Most of the recent discussion around mobile payments has been how, or if, carriers and banks will hammer out a shared revenue model. But when mobile payments become an everyday reality for banks—and few forecast otherwise — experts say there will be crucial business-line decisions on the suitability of ACH, ATM or card association networks for particular payments.
"For us, enabling mobile transactions across all three [networks], that's the easy part," says Bruce Parker, vp of product marketing and strategic planning for transactions processor ACI Worldwide. The hard part is predicting how payments will be routed over those various networks. How will information "around" each payment, such as risk and cost factors, impact institutions' routing decisions?
If a customer uses a phone to pay for a bag of chips at the movie theater, would the payment ride the rails as a signature debit or an ACH transaction? Is the immediate funds availability of an EFT network required to build adoption of mobile deposit or billpay features? If interest in business mobile banking services surges, how will banks best bundle the remittance and authorization data?
There are also issues involving which payments would be aggregated in lockboxes or preferable for same-day transmission. There may be no clear answers until banks are forced to make these decisions and real trends emerge.
Including person-to-person, remittance, and NFC-enabled models, "all of those different types of payments are going to fundamentally require a different infrastructure," says Virginia Garcia, a senior research director at TowerGroup.
Add to that the new network capabilities — such as new international ACH remittance rules by NACHA — that may emerge alongside mobile-based payments, and you have a foggier outlook for exactly where cost efficient routing may materialize.
Even so, some pairing up is occurring. One of the top mobile banking trends of 2008 has been the ties established by m-banking platforms with key payments drivers. Monitise Americas, a joint venture between UK mobile platform vendor Monitise and U.S.-based Metavante, has touted its card-based enrollment features and the NYCE network connections. "Our foundation is on the ATM debit rail," says Lisa Stanton, president of Monitise Americas.
Obopay, the California person-to-person payments provider, is finding strong growth potential in its anytime, anywhere service that uses the cheaper, next-day settlement of the automated clearing house. Obopay is testing an account-to-account transfer service with Citibank, and in June announced a pilot person-to-person remittance partnership with MasterCard for account holders at issuing banks. The company is also ramping up international remittance features for a surprisingly strong adoption curve in the unbanked arena.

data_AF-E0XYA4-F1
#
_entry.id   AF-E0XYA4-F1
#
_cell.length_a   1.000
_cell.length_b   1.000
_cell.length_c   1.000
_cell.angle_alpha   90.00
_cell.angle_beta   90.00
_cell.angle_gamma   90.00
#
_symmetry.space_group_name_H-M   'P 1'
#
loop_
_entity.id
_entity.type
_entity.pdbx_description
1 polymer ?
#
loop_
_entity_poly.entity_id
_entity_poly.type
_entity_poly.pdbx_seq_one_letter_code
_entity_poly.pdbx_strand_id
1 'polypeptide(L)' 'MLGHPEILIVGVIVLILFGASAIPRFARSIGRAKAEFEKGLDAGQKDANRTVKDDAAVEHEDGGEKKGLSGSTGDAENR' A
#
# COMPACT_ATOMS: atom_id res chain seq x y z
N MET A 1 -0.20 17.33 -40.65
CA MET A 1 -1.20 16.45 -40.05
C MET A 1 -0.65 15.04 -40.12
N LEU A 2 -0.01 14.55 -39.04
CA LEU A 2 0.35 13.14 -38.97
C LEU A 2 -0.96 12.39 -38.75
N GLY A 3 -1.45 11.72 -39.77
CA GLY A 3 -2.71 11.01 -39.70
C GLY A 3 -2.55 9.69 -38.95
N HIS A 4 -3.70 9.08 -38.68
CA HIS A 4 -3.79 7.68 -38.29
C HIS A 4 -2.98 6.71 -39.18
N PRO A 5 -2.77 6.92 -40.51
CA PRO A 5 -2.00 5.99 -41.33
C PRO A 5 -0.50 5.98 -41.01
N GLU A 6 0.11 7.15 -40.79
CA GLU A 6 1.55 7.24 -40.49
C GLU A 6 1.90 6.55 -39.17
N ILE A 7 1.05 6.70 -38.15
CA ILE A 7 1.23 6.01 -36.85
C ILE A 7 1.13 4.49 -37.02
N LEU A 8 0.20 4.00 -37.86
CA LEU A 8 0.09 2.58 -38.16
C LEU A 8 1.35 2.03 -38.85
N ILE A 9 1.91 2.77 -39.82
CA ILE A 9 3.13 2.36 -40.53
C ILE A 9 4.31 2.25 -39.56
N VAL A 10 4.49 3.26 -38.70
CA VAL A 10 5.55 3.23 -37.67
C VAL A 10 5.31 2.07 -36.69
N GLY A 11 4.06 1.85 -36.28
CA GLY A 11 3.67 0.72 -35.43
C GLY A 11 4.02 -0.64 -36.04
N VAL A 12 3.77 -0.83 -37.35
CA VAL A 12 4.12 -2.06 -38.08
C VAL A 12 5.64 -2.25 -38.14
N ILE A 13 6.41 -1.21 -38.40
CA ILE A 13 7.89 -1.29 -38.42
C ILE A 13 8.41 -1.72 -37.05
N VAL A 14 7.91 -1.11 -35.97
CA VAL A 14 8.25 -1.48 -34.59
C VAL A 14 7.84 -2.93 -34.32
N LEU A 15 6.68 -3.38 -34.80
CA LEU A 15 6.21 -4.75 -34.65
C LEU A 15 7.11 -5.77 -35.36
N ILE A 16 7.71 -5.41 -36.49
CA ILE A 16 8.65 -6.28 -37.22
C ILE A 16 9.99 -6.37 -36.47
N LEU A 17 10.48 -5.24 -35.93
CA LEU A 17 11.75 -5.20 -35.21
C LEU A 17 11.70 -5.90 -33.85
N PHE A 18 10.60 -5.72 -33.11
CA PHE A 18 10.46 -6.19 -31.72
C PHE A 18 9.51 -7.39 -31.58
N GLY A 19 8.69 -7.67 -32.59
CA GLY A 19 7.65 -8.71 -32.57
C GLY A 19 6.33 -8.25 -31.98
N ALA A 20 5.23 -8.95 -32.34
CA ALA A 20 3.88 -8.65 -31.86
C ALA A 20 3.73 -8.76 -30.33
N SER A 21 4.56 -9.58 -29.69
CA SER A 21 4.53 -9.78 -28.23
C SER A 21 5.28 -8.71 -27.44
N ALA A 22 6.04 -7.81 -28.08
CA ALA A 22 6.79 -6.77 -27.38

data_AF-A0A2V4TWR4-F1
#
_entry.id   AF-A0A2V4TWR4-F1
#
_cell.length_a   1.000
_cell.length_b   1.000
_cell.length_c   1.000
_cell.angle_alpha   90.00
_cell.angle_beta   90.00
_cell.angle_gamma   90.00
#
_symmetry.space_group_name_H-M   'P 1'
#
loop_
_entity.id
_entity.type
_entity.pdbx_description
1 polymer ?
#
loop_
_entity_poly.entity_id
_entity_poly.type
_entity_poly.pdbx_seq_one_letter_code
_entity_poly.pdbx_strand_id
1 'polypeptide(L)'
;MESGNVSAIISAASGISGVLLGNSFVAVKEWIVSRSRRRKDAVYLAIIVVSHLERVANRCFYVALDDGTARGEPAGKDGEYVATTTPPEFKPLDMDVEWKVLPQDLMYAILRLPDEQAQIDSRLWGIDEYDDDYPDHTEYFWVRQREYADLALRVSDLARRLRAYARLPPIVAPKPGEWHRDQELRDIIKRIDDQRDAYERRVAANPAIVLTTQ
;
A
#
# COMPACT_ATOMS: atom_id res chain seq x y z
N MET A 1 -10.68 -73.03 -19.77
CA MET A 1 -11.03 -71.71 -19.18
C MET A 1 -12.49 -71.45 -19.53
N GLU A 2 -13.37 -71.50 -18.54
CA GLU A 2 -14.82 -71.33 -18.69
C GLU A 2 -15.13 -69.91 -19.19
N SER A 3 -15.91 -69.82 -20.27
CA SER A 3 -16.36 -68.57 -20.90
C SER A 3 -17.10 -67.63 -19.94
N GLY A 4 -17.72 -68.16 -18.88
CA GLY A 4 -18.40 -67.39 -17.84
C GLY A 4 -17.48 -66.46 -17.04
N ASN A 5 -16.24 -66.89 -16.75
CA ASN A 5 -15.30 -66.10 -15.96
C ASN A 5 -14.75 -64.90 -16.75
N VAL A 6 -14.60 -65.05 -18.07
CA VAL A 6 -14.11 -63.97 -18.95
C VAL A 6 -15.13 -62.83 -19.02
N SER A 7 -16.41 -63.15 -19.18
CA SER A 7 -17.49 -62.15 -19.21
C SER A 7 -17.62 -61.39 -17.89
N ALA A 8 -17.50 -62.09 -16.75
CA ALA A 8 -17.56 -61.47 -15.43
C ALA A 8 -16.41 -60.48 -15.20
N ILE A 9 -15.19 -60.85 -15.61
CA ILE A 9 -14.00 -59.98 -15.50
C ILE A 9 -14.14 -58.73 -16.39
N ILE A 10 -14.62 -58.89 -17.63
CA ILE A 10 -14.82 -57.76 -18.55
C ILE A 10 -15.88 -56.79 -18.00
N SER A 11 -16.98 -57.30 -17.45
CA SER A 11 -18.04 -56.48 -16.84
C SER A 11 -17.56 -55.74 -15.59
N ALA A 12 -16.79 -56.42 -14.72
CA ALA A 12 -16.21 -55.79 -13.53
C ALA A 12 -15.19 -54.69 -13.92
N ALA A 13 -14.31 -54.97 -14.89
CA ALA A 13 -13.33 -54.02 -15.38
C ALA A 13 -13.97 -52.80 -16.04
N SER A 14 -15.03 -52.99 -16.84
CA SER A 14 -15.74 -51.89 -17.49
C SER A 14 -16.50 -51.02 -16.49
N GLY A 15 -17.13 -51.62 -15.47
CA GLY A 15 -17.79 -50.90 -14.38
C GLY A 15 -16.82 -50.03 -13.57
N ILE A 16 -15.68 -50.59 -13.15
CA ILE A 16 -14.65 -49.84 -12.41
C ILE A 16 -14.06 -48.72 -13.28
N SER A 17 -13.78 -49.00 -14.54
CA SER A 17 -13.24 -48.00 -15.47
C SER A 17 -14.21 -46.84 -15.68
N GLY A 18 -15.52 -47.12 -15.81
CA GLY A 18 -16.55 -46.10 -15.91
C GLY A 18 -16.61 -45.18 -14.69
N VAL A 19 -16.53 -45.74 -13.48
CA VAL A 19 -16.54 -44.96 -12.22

Like Monitise, sending or receiving funds over Obopay doesn't require the transmission of account numbers—a major plus for security.
Visa and MasterCard, meanwhile are piloting Near Field Communications (NFC) contactless mobile phone payments to deliver POS transactions over their networks. ACI's Parker points out mobile-based marketing—storage of loyalty programs and points on the phone, for example—could actually improve merchant relationships over card-based schemes. "It's the information around the payment, and management of that [information] that the mobile device can do something interesting with," Parker says. "People talk about [mobile payments] from an enablement standpoint. The mobile device allows you to do a whole lot of things you couldn't do before. [And] it justifies the interchange to say, 'I'm going to help you understand who your customers are, Mr. Merchant.'"
What may have a big impact on m-payments trends is the earlier-than-expected interest in business mobile banking, according to several analysts.
Most corporate-use scenarios involve ACH offerings for mobility remittance, through which businesses can handle multiple accounts, multi-institutions and cross-border partners.
"I'm starting to see tremendous traction on the business side," says Garcia, "where payments can get approved and wire transfers [through] ACH originations can be executed by a mobile device." But just like any of the payment channels, banks will likely have to take into account issues with SWIFT international payment standards, and upcoming changes with NACHA's international remittance rules. The phone's unique authorization strengths could make those easier to implement in mobile.
In another business banking play, Obopay U.S. president Gregory Holmes is talking up network plans to promote P2P business payments between what he calls "cash-based merchants"—the club musician or the freelance landscaper who normally don't take checks or hand out invoices in the field.
Still, most thoughts on the "hows" for mobile payments remain on the back burner, says Garcia.
When mobile goes mainstream, predicts ACI's Parker, "we'll find there isn't just one such thing as a 'mobile payment. There will clearly be something that's first, clearly something that gains traction.
"But I personally don't see in anything...where ACH goes away, EFT stops or the Visa/MasterCard associations are under some sort of threat.